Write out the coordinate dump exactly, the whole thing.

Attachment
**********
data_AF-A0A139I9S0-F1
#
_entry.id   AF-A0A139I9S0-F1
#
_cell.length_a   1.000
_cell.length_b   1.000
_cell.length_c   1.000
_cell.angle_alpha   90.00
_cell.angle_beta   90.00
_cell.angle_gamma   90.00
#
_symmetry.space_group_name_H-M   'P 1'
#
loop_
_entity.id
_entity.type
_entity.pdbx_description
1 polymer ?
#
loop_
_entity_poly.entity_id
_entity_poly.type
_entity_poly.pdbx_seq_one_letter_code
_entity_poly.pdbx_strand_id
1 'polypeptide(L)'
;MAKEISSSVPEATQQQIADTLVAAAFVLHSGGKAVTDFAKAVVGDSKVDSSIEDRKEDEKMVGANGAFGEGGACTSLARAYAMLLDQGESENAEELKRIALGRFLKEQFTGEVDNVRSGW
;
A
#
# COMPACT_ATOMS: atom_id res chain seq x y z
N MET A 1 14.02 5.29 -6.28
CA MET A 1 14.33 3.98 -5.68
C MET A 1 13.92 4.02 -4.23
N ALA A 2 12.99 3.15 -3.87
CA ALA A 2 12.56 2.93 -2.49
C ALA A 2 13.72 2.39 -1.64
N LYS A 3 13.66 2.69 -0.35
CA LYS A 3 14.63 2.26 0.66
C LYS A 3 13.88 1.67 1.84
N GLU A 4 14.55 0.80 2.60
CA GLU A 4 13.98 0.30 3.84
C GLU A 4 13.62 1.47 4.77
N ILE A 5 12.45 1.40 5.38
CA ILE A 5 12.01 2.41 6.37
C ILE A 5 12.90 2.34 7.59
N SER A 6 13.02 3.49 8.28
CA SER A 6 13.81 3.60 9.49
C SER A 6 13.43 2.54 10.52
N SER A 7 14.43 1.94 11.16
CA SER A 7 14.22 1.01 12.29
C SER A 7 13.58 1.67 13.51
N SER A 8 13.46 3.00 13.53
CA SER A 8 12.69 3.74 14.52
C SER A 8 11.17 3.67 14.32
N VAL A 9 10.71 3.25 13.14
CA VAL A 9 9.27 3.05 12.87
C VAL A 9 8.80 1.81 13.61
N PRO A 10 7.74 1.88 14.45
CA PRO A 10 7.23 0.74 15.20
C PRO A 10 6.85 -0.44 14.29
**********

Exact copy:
data_AF-A0A139I9S0-F1
#
_entry.id   AF-A0A139I9S0-F1
#
_cell.length_a   1.000
_cell.length_b   1.000
_cell.length_c   1.000
_cell.angle_alpha   90.00
_cell.angle_beta   90.00
_cell.angle_gamma   90.00
#
_symmetry.space_group_name_H-M   'P 1'
#
loop_
_entity.id
_entity.type
_entity.pdbx_description
1 polymer ?
#
loop_
_entity_poly.entity_id
_entity_poly.type
_entity_poly.pdbx_seq_one_letter_code
_entity_poly.pdbx_strand_id
1 'polypeptide(L)'
;MAKEISSSVPEATQQQIADTLVAAAFVLHSGGKAVTDFAKAVVGDSKVDSSIEDRKEDEKMVGANGAFGEGGACTSLARAYAMLLDQGESENAEELKRIALGRFLKEQFTGEVDNVRSGW
;
A
#
# COMPACT_ATOMS: atom_id res chain seq x y z
N MET A 1 14.02 5.29 -6.28
CA MET A 1 14.33 3.98 -5.68
C MET A 1 13.92 4.02 -4.23
N ALA A 2 12.99 3.15 -3.87
CA ALA A 2 12.56 2.93 -2.49
C ALA A 2 13.72 2.39 -1.64
N LYS A 3 13.66 2.69 -0.35
CA LYS A 3 14.63 2.26 0.66
C LYS A 3 13.88 1.67 1.84
N GLU A 4 14.55 0.80 2.60
CA GLU A 4 13.98 0.30 3.84
C GLU A 4 13.62 1.47 4.77
N ILE A 5 12.45 1.40 5.38
CA ILE A 5 12.01 2.41 6.37
C ILE A 5 12.90 2.34 7.59
N SER A 6 13.02 3.49 8.28
CA SER A 6 13.81 3.60 9.49
C SER A 6 13.43 2.54 10.52
N SER A 7 14.43 1.94 11.16
CA SER A 7 14.22 1.01 12.29
C SER A 7 13.58 1.67 13.51
N SER A 8 13.46 3.00 13.53
CA SER A 8 12.69 3.74 14.52
C SER A 8 11.17 3.67 14.32
N VAL A 9 10.71 3.25 13.14
CA VAL A 9 9.27 3.05 12.87
C VAL A 9 8.80 1.81 13.61
N PRO A 10 7.74 1.88 14.45
CA PRO A 10 7.23 0.74 15.20
C PRO A 10 6.85 -0.44 14.29